Books Gift Guide
By Michael King, Fri., Dec. 14, 2007
The Presidential Recordings: Lyndon B. Johnson: Volumes 4-6: Toward the Great Society, Feb. 1, 1964-May 31, 1964edited by Robert David Johnson, Kent B. Germany, David Shreve, and Guian A. McKee; general editors: Ernest May and Timothy Naftali.
W.W. Norton & Co., 3,536 pp., $175.
When the first three volumes of the transcribed LBJ recordings were published in 2005, historian Eric Foner (writing in The New York Times) found them fascinating in detail and limited in scope. Foner concluded that the transcripts (primarily of the president's nonpersonal phone conversations) might be "the least revealing way of understanding the currents that tore apart American politics and society and with them the presidency of Lyndon Johnson," because they so narrowly expose "the insular world presidents inhabit."
That's not entirely fair: LBJ's Rolodex may have been confined, as Foner complains, to "the power elite," but the transcripts, as heroically edited by a phalanx of scholars from the University of Virginia's Miller Center of Public Affairs, reflect as well Johnson's broad range of policy preoccupations, tactical experience, and pragmatic political knowledge that will be fascinating not only to historians but to any advanced student of politics in action. (Playwrights may well be equally intrigued; only David Mamet or Harold Pinter would be able to approach the range of Johnson's verbal legerdemain.) Much of the volumes' bulk is in fact editorial connection and narrative.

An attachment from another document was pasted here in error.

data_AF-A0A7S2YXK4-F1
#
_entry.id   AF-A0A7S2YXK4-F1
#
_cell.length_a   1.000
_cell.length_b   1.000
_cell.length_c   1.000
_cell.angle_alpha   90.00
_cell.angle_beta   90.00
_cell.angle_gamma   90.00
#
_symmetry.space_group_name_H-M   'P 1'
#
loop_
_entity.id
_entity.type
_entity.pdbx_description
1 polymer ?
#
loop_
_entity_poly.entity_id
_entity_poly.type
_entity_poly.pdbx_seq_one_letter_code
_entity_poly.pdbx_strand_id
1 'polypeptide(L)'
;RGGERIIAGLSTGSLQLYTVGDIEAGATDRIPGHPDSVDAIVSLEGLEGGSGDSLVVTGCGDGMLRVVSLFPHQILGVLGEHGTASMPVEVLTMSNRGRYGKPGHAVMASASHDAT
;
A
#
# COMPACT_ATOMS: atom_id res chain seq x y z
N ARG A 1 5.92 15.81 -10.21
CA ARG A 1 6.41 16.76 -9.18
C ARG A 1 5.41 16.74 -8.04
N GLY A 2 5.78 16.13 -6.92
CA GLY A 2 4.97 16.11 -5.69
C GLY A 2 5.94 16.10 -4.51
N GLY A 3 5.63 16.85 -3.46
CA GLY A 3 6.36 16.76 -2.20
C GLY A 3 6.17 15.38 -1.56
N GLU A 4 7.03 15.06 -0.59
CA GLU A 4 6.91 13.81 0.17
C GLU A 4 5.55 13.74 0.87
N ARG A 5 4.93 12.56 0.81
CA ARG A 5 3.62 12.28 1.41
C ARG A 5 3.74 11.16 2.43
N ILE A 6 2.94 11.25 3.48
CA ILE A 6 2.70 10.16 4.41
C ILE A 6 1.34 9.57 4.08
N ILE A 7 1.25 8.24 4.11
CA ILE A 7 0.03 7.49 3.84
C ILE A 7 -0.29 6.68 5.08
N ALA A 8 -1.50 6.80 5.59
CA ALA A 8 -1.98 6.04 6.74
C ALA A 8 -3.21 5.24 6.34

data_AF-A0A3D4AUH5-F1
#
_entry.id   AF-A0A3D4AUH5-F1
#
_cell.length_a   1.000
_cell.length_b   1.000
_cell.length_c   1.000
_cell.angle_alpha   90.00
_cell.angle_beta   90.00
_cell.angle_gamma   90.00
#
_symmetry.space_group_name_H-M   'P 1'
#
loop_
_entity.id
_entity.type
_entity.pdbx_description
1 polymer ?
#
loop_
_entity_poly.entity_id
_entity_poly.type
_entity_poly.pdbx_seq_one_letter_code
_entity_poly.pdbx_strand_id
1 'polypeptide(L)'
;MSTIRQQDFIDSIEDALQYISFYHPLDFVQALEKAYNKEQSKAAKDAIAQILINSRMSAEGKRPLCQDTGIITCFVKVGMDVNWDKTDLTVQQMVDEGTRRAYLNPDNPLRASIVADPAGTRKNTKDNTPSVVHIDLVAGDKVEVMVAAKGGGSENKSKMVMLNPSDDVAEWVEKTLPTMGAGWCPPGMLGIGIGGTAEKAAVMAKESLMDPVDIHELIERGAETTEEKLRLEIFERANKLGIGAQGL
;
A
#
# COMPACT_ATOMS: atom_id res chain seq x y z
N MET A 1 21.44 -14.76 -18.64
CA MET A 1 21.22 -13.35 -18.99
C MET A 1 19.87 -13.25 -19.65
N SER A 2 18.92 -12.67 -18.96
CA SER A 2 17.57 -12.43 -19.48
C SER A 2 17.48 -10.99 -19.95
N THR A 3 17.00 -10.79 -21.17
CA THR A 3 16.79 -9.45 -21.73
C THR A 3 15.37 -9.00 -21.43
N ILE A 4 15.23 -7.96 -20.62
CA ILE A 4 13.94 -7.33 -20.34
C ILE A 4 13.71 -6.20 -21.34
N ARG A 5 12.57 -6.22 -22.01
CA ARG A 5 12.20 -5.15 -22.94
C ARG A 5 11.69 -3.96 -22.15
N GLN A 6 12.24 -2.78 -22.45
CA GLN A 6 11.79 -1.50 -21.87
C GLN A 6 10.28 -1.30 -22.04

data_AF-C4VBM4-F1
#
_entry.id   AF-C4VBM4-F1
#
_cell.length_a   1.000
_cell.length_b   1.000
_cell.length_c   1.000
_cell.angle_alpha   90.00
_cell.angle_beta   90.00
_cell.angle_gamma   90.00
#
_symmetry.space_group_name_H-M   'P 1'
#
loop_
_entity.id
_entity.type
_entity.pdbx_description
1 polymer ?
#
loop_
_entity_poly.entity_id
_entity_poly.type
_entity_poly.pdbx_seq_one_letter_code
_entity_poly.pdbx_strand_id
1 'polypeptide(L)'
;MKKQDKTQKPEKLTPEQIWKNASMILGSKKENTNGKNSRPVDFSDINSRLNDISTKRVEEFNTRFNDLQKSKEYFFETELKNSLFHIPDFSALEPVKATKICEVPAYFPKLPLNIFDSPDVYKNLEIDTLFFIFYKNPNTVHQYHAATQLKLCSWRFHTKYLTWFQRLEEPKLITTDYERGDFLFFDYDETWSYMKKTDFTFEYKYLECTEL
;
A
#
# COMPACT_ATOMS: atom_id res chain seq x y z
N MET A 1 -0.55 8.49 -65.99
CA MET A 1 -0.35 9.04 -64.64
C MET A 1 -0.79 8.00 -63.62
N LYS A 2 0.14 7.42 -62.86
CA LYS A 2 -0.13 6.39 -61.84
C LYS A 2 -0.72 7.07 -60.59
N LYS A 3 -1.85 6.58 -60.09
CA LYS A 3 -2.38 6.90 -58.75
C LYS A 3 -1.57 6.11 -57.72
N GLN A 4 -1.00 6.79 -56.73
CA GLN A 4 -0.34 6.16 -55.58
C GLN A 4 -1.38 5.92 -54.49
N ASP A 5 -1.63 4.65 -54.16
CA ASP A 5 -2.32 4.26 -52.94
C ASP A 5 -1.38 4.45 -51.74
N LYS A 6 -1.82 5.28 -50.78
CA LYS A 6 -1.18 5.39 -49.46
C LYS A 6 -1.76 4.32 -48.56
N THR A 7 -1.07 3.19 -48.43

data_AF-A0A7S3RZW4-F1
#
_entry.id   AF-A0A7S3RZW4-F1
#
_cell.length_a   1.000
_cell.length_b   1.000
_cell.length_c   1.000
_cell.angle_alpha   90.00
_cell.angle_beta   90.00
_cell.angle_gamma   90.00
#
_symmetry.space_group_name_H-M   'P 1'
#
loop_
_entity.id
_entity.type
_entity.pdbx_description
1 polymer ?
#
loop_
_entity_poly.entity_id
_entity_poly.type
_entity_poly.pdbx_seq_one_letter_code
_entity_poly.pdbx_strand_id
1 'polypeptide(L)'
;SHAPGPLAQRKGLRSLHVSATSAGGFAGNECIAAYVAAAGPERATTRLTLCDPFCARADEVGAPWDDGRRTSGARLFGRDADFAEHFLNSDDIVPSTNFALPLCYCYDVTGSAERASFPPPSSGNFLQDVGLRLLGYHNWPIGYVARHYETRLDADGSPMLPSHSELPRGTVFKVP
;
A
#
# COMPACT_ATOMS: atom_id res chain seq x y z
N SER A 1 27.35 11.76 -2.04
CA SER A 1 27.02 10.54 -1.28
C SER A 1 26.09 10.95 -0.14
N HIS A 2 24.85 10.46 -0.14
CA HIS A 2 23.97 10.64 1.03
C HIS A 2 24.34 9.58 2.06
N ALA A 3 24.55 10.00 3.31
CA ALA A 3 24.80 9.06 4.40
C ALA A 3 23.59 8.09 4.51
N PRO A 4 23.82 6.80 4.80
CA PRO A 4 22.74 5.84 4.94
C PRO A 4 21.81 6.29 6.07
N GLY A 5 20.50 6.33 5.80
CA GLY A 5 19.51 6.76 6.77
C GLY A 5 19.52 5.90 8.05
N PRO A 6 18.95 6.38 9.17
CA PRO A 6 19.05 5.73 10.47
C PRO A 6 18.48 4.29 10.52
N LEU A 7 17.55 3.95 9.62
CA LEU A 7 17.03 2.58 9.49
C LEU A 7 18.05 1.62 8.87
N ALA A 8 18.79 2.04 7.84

In these four months, Johnson is settling into policy matters; establishing his partly real, partly public-relations "war on poverty"; lobbying intensely over pending civil rights legislation; and of course following the dismal "progress" of his inherited Vietnam War. But my current favorite moment is domestic – his irritation (expressed to adviser George Reedy) at the press corps' obsession with his unnewsworthy personal movements while at Johnson City: "They're a pretty bunch of chickenshits." And so they were.
Also recommended in Politics ...
Bill of Wrongs: The Executive Branch's Assault Against America's Fundamental Rights by Molly Ivins and Lou Dubose (Random House, $24.95), Imperial Life in the Emerald City: Inside Iraq's Green Zone by Rajiv Chandrasekaran (Knopf, $25.95), The Nine: Inside the Secret World of the Supreme Court by Jeffrey Toobin (Doubleday, $27.95).